Iron ore price dipped on Wednesday amid limited trading activity due to the absence of Chinese market participants.
“With Chinese participants absent on May 1-4 for the Labor Day holiday, trading activity has been very limited so far this week, further depressing demand,” said Fastmarkets in a note.
Benchmark 62% Fe fines imported into Northern China fell 1.76%, to $143.42 per tonne.
Moody’s Investors Service said the persistence of weaker mining production and volume constraints will exacerbate tight markets and elevate the prices of many metals in 2022.
Covid-19 infections among workers have created labour challenges in key mining countries, including Australia and South Africa.
Furthermore, weather-related disruptions, including heavy rainfall in Brazil, are impacting companies’ output.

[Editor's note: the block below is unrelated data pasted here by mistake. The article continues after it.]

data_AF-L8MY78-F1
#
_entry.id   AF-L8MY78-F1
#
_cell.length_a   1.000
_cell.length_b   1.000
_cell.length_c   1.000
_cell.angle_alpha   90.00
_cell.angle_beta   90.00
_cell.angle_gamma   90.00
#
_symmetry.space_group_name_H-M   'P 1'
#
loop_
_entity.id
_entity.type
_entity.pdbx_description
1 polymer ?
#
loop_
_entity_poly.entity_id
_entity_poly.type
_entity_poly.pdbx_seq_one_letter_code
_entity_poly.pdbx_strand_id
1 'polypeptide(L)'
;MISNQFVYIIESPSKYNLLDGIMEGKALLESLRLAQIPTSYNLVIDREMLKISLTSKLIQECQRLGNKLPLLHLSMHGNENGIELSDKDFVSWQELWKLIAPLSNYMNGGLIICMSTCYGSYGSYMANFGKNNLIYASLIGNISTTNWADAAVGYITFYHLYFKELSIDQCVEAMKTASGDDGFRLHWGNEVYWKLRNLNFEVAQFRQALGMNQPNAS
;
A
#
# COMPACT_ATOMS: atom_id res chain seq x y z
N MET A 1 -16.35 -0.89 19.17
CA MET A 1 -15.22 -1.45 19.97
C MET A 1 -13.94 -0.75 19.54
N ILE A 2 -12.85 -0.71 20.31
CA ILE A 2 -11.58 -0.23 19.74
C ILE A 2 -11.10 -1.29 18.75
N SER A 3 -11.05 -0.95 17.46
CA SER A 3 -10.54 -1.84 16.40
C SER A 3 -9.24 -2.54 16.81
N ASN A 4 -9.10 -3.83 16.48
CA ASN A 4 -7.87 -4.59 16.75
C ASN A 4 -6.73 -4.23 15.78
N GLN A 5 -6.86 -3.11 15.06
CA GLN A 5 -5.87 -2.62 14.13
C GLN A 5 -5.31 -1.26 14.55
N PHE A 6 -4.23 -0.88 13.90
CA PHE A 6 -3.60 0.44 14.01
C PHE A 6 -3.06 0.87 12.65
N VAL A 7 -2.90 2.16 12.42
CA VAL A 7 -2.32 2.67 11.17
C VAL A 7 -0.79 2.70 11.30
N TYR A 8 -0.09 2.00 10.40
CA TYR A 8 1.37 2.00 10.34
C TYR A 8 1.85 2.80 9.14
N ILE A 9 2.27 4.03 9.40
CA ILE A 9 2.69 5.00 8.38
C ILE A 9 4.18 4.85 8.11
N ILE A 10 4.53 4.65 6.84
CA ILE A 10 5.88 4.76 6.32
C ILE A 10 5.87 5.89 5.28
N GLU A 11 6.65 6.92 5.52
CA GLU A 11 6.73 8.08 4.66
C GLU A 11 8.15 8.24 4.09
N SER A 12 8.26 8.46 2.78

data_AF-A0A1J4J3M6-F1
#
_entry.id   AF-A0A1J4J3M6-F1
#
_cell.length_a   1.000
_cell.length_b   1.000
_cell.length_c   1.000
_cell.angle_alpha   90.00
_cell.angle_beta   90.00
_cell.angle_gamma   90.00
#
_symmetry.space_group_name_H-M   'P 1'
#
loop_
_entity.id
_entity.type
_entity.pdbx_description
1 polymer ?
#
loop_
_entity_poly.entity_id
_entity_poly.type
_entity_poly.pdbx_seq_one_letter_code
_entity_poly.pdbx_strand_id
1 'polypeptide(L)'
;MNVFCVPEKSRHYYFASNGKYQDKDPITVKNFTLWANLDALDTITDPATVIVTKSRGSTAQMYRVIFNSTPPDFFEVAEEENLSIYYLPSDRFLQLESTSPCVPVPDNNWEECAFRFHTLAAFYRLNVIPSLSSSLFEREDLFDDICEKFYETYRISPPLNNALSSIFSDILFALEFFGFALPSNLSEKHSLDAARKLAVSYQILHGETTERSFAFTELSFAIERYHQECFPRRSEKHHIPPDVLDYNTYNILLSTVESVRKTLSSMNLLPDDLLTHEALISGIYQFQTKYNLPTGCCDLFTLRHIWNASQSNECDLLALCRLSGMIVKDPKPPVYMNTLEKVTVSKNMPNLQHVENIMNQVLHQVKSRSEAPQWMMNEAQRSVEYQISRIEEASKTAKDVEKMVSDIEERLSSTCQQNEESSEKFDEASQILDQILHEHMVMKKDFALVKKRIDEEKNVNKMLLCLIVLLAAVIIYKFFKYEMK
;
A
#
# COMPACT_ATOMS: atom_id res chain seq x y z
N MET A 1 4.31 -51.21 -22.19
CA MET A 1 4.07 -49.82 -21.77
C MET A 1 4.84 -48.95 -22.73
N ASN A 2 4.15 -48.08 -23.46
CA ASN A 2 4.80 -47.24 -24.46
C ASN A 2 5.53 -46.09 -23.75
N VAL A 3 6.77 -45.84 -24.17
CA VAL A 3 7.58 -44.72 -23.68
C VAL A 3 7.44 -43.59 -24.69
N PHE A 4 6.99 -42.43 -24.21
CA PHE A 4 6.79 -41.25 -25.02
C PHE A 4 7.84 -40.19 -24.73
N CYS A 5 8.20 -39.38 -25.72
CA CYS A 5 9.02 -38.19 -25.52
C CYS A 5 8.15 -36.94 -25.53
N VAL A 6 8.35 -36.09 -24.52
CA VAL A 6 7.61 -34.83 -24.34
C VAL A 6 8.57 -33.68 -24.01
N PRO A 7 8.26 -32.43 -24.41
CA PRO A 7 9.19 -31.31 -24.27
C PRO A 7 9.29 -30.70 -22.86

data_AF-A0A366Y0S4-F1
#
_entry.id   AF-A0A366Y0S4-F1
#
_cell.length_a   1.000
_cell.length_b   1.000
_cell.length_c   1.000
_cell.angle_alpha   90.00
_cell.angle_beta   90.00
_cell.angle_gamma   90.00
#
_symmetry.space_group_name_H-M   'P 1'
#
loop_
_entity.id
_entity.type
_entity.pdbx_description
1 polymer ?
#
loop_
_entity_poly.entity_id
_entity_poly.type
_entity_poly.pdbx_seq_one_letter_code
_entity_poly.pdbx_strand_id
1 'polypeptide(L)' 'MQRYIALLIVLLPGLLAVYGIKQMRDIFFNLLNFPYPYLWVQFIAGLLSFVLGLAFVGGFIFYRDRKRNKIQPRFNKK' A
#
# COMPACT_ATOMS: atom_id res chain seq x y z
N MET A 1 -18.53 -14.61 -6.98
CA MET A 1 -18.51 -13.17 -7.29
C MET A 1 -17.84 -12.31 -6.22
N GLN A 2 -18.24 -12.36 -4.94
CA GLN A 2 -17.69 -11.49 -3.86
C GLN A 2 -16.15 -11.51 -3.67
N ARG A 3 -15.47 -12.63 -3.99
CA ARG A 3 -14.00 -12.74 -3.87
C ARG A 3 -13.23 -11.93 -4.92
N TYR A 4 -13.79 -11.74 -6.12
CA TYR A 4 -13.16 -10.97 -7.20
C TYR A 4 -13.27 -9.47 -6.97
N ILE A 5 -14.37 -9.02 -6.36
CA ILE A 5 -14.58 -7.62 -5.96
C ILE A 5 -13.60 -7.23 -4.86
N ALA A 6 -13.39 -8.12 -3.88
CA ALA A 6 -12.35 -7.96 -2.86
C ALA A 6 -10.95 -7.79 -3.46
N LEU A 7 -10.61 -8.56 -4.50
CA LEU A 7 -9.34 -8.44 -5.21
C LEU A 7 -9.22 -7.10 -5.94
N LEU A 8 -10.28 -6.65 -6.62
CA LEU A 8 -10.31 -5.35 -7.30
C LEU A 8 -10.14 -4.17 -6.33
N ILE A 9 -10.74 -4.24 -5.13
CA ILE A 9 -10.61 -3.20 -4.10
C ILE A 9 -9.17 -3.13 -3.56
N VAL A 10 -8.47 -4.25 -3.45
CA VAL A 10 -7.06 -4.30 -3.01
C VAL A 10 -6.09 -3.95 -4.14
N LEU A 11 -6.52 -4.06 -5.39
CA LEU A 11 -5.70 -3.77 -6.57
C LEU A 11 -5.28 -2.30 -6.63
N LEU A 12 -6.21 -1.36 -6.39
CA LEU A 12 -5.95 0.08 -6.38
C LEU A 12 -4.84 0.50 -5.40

Anglo American reported a 10% year-on-year decrease in first-quarter production and lowered its full-year platinum group metals, iron ore and metallurgical coal production guidance for the year.
Rio Tinto’s Pilbara iron-ore segment reported a 6% year-on-year decline in production and an 8% decline in shipments in the first quarter.
Vale maintained its iron-ore production guidance for this year at between 320-million and 335-million tonnes, despite the challenges faced in the first quarter when heavy rainfall temporarily halted production at the Southern and South-eastern systems and led to stoppages of railway transportation in the Northern system.